Newtons law of cooling is likely too over-simplified to give an accurate result, especially over a wide variation in temperatures. It assumes that each unit area transfers the same amount of heat (And also that h isn't affected by T).
The thermal exchange coefficient h is affected by T, but in an indirect way.
First of all the Rayleigh number is calculated with :
The volumetric thermal expansion coefficient
The kinemathic viscosity
The thermal diffusity
All three are dependent on the temperature.
Then using the Raleigh number to calculate h, we also multiply by k, the thermal conductivity of air, also temperature dependent. Thus the calculated value of h is largely depent on temperature.
But I agree that we work with an average temperature and that h over the area is constant.
That is indeed a simplified approach, which however gives for situations which have been researched many times in literature, such as horizental tubes, adequate results.
An other approach would be to use CFD (Computional Fluid Dynamics) software to calculate the convective heat transfer of a part of the rod for a given temperature. Additional we can then also calculate h.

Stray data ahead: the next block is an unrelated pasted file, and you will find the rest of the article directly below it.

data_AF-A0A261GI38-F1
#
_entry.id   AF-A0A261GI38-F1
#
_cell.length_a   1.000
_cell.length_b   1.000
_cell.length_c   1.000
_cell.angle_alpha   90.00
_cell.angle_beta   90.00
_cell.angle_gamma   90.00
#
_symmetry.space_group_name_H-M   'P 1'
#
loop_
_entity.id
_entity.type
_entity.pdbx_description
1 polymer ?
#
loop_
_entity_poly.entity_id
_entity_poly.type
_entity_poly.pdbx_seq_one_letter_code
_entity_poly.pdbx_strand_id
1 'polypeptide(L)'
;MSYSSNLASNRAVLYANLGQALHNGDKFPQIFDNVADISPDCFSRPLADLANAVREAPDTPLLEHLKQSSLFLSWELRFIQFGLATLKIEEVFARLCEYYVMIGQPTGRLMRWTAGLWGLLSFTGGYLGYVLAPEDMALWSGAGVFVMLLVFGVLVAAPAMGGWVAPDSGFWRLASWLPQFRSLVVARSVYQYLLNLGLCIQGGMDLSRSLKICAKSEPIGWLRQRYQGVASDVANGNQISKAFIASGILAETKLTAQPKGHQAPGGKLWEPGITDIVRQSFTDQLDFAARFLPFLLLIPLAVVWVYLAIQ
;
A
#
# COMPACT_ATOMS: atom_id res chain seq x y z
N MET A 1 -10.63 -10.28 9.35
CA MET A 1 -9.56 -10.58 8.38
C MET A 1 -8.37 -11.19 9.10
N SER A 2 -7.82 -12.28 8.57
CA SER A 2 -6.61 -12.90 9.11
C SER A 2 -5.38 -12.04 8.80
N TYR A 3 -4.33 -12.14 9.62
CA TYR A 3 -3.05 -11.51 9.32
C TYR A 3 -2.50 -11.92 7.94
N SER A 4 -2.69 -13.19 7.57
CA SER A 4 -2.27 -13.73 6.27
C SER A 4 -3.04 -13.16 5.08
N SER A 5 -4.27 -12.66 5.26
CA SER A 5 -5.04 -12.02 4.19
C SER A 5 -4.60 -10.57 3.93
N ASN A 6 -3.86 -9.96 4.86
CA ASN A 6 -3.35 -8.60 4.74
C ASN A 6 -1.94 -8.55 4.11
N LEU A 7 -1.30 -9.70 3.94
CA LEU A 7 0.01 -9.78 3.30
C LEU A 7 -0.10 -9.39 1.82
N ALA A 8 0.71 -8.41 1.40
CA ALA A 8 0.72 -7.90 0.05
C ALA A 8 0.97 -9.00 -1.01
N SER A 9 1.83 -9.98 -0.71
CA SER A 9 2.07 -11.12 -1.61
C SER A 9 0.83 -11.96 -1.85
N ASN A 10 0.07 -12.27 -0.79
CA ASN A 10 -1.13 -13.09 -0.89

I have CFD software, but have still to learn how to use it beyond the basics. But I have seen in literature several quite complex simulations with CFD software which give errors of 1% to 2 % compared to the real measured data. This because CFD is not using approximations in calculating the convective heat transfer coefficient, but is instead solving the differential equations governing the heat transfer. So maybe this is the way to go.
Instead of using h = Q/(A(Ts-Ta)), the more accurate method is to calculate an average h (taking the shape of the object into account) - done by first working out the Prandtl, Raleigh & Nusselt numbers for the system.
Using h = Q/(A(Ts-Ta)) is using the forumula as used by the Lugano team in a reverse way using their data. As such that should give the exact value of h they used.
Can't paste the formula's for those easily, but this should give you what's needed:
I had the link myself, but must concede that I did not look at the contents lately.
The formula showed in the link is somewhat different from the one the Lugano team and I used.
If time allows it migh be an idea to use the formula in the link and see how much the data differs.
But there are many formula's for calculating the convective heat transfer coefficient of a horizental tube (or round heated wires).
The formula used by the Lugano testers is normally used for much larger Rayleigh numbers then those valid for the Lugano case.
As such it might be worth the effort to find a better (more accurate) formula for the lower Rayleigh numbers.